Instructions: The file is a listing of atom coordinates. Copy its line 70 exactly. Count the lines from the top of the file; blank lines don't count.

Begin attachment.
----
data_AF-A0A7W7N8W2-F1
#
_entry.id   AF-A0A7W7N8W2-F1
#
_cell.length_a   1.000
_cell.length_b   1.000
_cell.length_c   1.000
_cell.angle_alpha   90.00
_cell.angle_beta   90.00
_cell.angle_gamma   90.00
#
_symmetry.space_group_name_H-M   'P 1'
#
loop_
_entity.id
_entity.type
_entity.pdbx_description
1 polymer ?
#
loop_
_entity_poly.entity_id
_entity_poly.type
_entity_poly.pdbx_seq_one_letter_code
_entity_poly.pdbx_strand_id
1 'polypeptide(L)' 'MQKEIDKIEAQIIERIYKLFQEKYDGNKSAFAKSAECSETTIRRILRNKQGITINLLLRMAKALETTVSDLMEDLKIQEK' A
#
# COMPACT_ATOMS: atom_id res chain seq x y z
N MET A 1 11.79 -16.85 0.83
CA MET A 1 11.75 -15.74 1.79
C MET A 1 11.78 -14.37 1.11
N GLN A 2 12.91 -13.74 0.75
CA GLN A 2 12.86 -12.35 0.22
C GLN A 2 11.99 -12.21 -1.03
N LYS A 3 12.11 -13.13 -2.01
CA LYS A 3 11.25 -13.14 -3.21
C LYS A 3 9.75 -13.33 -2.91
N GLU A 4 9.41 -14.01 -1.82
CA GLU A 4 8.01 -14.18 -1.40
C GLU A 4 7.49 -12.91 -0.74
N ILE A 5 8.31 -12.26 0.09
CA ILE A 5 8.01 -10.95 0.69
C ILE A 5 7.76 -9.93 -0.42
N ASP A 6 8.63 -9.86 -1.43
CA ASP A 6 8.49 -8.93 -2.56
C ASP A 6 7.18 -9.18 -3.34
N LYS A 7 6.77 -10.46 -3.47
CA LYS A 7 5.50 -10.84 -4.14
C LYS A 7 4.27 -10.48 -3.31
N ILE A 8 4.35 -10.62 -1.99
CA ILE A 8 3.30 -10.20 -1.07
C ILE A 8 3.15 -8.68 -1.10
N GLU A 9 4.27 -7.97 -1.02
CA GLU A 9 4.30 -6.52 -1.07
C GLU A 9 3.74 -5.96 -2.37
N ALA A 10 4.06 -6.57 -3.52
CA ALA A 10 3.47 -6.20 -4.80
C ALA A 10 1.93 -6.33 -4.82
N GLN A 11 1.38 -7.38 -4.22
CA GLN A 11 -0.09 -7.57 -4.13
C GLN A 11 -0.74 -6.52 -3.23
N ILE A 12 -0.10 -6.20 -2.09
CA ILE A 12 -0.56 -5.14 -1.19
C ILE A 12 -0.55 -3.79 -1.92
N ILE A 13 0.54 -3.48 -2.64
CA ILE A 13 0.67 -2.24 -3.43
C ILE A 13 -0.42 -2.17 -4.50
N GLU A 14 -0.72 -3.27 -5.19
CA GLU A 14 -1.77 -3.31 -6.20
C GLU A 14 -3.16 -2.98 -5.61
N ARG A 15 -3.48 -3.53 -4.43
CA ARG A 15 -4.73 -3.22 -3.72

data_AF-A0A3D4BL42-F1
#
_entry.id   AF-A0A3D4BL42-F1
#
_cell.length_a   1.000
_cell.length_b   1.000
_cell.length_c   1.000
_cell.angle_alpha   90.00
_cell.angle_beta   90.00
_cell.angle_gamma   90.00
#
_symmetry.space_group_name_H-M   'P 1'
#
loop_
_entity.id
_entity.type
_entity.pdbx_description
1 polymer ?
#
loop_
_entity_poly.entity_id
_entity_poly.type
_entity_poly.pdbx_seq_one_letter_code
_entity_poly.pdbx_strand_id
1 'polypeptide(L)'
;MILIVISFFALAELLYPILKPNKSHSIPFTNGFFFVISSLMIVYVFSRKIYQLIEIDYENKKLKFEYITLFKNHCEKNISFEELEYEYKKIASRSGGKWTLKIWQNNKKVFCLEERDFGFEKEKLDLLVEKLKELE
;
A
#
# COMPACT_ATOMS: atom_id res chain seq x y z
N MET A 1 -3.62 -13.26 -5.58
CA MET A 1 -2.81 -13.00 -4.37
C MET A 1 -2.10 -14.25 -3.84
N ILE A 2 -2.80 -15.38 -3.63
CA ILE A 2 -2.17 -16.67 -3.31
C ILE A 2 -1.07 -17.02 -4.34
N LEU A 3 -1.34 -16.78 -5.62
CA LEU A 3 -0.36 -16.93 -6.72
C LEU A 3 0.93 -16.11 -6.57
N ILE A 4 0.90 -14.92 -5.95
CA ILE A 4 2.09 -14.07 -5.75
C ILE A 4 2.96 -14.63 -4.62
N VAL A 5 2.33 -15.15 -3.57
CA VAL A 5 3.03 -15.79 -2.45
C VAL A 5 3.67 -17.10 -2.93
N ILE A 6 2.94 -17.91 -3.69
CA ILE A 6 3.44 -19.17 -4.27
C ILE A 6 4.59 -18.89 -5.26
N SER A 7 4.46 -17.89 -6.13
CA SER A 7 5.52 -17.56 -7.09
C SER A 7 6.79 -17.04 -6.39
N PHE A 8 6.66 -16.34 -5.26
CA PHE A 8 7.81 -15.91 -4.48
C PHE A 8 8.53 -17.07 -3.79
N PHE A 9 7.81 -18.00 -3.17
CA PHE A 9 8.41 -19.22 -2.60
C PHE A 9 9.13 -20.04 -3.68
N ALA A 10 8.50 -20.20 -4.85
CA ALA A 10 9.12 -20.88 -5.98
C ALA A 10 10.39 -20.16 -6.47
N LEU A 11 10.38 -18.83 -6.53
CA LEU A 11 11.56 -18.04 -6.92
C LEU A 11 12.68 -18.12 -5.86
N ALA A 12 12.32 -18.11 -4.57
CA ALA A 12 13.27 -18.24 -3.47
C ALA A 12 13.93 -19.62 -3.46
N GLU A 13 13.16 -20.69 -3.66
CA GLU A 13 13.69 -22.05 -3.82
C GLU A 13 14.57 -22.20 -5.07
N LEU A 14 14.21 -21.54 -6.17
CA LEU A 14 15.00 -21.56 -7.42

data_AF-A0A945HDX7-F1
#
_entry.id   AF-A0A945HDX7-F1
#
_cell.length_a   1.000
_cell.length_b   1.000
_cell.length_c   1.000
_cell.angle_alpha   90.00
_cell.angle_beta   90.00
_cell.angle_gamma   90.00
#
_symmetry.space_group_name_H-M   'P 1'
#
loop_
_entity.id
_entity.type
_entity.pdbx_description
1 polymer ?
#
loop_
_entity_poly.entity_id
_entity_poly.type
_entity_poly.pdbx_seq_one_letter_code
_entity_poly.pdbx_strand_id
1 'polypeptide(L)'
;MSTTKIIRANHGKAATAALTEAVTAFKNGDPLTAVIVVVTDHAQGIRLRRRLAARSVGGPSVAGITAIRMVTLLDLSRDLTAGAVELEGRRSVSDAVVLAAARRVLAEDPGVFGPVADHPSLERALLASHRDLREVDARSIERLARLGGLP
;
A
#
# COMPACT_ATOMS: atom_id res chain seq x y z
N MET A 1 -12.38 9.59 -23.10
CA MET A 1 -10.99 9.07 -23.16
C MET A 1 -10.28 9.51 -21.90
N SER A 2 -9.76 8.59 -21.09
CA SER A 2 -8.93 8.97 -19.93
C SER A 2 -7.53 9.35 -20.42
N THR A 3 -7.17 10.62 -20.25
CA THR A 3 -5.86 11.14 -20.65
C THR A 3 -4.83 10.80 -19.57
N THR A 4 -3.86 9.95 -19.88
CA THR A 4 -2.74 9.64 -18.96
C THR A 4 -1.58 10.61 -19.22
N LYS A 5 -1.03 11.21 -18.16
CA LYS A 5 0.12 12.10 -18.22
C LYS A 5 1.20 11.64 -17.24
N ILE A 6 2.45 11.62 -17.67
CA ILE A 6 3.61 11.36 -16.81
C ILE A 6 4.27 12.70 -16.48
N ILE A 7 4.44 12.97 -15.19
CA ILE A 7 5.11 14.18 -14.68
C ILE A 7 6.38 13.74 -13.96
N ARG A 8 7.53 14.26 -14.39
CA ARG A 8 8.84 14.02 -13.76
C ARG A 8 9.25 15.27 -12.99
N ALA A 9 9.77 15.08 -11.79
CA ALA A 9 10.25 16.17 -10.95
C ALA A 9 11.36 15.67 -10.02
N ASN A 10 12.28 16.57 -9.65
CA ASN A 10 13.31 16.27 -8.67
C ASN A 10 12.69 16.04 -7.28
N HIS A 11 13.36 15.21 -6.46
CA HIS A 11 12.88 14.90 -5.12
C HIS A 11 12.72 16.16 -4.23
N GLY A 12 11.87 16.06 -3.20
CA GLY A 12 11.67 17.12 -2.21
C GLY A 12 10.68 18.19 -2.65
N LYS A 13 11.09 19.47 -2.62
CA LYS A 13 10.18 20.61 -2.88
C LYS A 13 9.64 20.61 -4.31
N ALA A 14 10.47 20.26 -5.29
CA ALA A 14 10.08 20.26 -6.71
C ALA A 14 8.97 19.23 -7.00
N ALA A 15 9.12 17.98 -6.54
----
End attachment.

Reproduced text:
N ARG A 15 -3.48 -3.53 -4.43